FILE PHOTOS: Athletics – Diamond League – Pontaise Stadium, Lausanne, Switzerland – July 5, 2018 Gabrielle Thomas from the US celebrates the 200m victory REUTERS Women / Denis Balibouse
(Reuters) – American speed runner Gabrielle Thomas said on Friday she hoped to be released from accusations by the Athletics Integrity Unit (AIU) for failing to provide herself for an anti-doping test.
23-year-old Deajah Stevens and a fellow American on the previous day were temporarily suspended by AIU for allegedly losing three tests in a 12-month period, a violation of anti-doping rules.
“I am sure that at least one of these tests has been invalid and that I will be completely removed,” Thomas, a two-time 200 million winner in the Lausanne Diamond League, said in a statement available to Reuters by his agent.
“Telephone tracking data and many witnesses will conclusively show that I am in the exact location that I made at my place and that doping control officers failed to find me and failed to follow the proper protocol,” Thomas added.
“Athletes have very high standards and doping control organizations should have the same high standards.”
Stevens, who reached the 2016 Rio Olympics final 200 meters high, could not be reached for comment.
AIU also suspended Alex Korio Oloitiptip from Kenya, who took part in the INEOS challenge 1:59 last year which made compatriot Eliud Kipchoge become the first person to run a marathon in less than two hours.
The three athletes could face a two-year ban.
AIU also said on Friday that Mikel Kiprotich Mutai from Kenya, who won the Hong Kong marathon in 2016, was temporarily suspended for failing a test for the prohibited substance, norandrosterone.
Reporting by Gene Cherry and Julien Pretot; Editing by Ken Ferris and Christian Radnedge
President of Paris Saint-Germain, Nasser al-Khelaifi will be tried in Switzerland in September on charges of being involved in providing holiday villas to FIFA officials associated with the World Cup broadcasting agreement.
The Swiss federal criminal court said on Tuesday the case would begin on September 14.
The court registered eight days in September to hear the case against Al-Khelaifi, former FIFA top official Jerome Valcke and other unidentified broadcast executives.
Al-Khelaifi, who runs the Doha-based broadcaster BeIN Sports Group, was indicted in February for inciting Valcke to commit aggravated criminal mismanagement.
The three-year investigation center on Valcke could use luxury villas on the Italian island of Sardinia for free rent in 2014 and 2015. At that time, Valcke had influence over FIFA broadcast agreements, including the extension of beIN’s Middle Eastern rights for 2026 and 2030 World Cups.
Lawyers for Al-Khelaifi said criminal complaints had been filed on his behalf because confidential information about the case had been leaked.
“Criminal investigations into alleged breaches of official secrecy have been opened up and assigned to external prosecutors,” his lawyer said in a statement.
During the Swiss investigation, Al-Khelaifi was elected as a member of the UEFA executive committee. He continued to attend meetings when he was suspected.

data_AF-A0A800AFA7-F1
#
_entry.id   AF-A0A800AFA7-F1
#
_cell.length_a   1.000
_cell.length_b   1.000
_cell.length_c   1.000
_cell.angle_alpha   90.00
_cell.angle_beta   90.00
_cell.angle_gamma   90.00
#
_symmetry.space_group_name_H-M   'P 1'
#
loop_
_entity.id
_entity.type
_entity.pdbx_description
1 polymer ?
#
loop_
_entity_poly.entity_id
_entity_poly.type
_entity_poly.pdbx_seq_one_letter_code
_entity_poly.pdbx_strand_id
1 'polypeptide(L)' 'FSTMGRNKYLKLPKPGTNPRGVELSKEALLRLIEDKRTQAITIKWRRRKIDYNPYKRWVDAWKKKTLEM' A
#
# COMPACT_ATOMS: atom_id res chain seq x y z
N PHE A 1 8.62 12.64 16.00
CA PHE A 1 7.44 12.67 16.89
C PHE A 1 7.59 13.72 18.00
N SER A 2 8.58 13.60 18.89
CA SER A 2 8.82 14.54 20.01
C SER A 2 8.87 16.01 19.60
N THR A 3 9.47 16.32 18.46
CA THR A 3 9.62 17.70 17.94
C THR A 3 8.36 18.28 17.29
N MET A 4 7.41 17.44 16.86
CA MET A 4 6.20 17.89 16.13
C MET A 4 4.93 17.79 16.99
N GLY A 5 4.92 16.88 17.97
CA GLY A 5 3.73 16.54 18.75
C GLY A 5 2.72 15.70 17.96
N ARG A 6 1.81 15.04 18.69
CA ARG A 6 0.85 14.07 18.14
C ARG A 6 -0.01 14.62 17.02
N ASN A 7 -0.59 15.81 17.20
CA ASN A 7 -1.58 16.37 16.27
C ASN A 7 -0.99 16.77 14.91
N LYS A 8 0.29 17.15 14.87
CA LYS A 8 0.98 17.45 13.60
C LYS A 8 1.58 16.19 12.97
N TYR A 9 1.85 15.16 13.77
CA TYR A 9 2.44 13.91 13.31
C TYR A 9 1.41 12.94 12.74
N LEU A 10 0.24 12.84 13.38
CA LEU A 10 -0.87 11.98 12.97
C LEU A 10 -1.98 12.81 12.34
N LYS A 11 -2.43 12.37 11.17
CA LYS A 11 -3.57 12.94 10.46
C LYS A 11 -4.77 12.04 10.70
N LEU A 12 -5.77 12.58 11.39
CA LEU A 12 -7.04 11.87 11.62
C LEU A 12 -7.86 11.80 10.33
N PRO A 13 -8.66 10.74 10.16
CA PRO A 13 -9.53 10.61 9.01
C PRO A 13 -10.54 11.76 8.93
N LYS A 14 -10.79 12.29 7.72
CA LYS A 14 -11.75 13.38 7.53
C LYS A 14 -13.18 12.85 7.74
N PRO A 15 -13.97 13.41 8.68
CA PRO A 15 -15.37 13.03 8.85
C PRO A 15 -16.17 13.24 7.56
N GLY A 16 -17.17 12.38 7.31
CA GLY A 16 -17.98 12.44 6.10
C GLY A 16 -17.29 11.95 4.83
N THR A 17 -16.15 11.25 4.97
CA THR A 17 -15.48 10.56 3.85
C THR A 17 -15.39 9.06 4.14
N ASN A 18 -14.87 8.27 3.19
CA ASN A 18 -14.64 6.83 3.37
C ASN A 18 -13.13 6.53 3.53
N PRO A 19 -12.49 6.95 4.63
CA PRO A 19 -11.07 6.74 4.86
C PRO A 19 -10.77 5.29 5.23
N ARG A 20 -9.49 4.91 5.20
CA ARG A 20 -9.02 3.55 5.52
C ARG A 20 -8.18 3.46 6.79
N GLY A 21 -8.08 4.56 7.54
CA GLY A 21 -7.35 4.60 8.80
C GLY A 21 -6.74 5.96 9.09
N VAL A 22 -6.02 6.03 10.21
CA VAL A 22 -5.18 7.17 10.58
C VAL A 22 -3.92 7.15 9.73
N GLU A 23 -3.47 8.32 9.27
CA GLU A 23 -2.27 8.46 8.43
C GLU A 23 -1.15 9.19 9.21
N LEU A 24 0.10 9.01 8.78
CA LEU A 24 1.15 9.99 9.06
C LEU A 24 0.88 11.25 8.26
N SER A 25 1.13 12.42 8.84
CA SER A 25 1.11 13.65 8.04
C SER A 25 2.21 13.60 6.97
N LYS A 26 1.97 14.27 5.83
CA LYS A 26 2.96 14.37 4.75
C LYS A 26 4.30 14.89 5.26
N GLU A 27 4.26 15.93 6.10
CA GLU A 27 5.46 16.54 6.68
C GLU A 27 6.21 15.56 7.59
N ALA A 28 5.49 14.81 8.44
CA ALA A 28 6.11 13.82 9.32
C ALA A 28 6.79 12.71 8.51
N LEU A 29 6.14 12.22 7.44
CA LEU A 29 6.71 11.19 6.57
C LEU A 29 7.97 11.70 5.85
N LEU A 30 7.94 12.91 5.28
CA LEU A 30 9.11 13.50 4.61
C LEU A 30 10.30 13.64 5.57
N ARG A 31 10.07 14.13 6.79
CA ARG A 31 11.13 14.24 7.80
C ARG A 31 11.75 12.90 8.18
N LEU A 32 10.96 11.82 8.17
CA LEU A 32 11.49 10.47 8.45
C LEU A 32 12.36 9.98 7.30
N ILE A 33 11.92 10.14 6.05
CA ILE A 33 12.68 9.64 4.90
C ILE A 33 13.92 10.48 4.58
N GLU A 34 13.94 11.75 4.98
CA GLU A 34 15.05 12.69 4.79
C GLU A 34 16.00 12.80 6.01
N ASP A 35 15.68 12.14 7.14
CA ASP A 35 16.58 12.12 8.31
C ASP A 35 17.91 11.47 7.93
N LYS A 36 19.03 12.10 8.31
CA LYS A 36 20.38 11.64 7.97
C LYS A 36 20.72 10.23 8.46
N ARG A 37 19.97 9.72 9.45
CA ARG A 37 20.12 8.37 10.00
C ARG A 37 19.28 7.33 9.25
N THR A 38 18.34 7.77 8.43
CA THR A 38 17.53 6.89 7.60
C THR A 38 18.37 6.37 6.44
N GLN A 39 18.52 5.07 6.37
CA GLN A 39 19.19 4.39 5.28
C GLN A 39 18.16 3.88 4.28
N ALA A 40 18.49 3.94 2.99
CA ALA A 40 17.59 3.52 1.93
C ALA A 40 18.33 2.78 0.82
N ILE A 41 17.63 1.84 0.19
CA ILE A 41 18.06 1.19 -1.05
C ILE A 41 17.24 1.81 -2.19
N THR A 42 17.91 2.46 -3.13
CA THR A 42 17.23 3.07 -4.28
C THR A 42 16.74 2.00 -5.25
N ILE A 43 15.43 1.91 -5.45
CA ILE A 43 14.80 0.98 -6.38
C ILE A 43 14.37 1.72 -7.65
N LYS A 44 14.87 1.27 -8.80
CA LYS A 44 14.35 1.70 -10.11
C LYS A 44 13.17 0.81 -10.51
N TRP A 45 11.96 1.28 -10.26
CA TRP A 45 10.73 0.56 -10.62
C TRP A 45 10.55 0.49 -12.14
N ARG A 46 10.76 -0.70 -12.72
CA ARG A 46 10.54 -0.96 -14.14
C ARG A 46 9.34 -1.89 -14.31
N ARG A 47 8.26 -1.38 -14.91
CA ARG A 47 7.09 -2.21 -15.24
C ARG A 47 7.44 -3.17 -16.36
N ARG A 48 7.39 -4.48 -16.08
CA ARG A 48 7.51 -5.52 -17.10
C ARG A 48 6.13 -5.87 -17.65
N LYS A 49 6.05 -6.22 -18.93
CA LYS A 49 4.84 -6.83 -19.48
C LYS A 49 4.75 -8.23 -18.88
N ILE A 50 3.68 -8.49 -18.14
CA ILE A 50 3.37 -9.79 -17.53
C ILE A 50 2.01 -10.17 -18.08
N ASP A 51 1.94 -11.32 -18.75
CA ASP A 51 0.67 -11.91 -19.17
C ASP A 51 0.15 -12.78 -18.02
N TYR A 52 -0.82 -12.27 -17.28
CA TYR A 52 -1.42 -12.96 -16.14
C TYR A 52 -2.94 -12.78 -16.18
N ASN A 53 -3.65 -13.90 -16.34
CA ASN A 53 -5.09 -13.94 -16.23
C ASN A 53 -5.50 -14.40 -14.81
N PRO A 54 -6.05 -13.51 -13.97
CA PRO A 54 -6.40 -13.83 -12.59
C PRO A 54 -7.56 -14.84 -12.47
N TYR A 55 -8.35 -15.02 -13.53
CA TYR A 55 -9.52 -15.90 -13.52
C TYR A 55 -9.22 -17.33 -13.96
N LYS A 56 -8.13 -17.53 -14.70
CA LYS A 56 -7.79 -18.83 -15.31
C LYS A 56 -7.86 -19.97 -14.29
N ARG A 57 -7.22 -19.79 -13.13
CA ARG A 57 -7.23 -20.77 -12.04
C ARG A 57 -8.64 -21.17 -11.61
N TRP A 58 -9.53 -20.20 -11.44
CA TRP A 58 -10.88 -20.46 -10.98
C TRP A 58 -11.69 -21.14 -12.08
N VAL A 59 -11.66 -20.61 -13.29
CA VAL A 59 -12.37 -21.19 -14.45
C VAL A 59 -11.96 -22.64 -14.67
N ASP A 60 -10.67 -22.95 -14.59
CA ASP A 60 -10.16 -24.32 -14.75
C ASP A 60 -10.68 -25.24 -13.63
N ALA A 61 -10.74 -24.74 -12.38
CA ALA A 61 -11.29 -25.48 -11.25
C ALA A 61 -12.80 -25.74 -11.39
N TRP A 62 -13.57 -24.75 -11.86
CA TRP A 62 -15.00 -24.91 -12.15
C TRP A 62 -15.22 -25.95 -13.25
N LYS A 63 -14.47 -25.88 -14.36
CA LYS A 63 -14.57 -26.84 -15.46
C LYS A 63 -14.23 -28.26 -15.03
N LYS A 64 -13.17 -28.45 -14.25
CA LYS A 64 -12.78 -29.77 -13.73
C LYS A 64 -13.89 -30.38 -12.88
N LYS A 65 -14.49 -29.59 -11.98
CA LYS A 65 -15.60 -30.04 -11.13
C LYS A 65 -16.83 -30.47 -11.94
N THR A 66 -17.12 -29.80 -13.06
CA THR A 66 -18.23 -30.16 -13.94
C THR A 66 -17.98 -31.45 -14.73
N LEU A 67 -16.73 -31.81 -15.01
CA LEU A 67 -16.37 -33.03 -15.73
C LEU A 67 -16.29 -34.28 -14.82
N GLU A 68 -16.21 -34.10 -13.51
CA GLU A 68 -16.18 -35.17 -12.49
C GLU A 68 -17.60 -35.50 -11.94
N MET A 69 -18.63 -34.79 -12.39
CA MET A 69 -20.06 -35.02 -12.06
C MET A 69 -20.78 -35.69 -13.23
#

Al-Khelaifi is a former professional tennis player and close friend of the ruling Emir in Qatar. He became an important player in world sports and broadcasting as Qatar’s influence grew after being named the host of the World Cup.
Al-Khelaifi has been running French champion PSG for eight years, overseeing the purchase of star players Neymar and Kylian Mbappe.
BeIN was created from Al Jazeera Sports and collects a portfolio of soccer rights including the UEFA Champions League and FIFA World Cup. Middle East rights for the 2018 and 2022 World Cups were bought immediately after winning FIFA’s host election in December 2010.
BeIN has long said it has paid full market value for the rights of 2026-2030, which FIFA has granted without an open tender process.
Swiss prosecutors accused Al-Khelaifi of arranging for Valcke to use the villa for 18 months in the upscale Porto Cervo without paying rent of up to 1.8 million euros ($ 1.94 million).
Valcke was charged in February with a number of aggravated criminal mismanagement charges and falsification of documents.
The former French TV presenter, who is undergoing a 10-year ban by FIFA, was also charged with bribery in negotiating separate World Cup rights with the third person who was prosecuted.
Swiss prosecutors believe Valcke received a bribe worth 1.25 million euros (£ 1.09 million) to direct World Cup rights towards broadcasting favored in Italy and Greece.
Prosecutors face a second attempt by Al-Khelaifi’s lawyer to ask them to resign from the case. Previous attempts were dismissed by federal judges in Bellinzona where the trial was scheduled for trial.
“Impartiality, politeness and credibility of the Swiss Attorney General’s Office have been thrown into the big question,” the Qatari lawyer said.
Swiss Attorney General, Michael Lauber, was disciplined last month for failing to tell the truth about a secret meeting with current FIFA president Gianni Infantino in 2017 of a wider investigation into alleged corruption in football. This includes at least 25 criminal proceedings.
Lauber has around 24,000 Swiss francs (£ 19,8,000) out of nearly 300,000 Swiss francs (£ 247,000) minus his annual salary. He was released last year from involvement in a FIFA case by a Bellinzona court.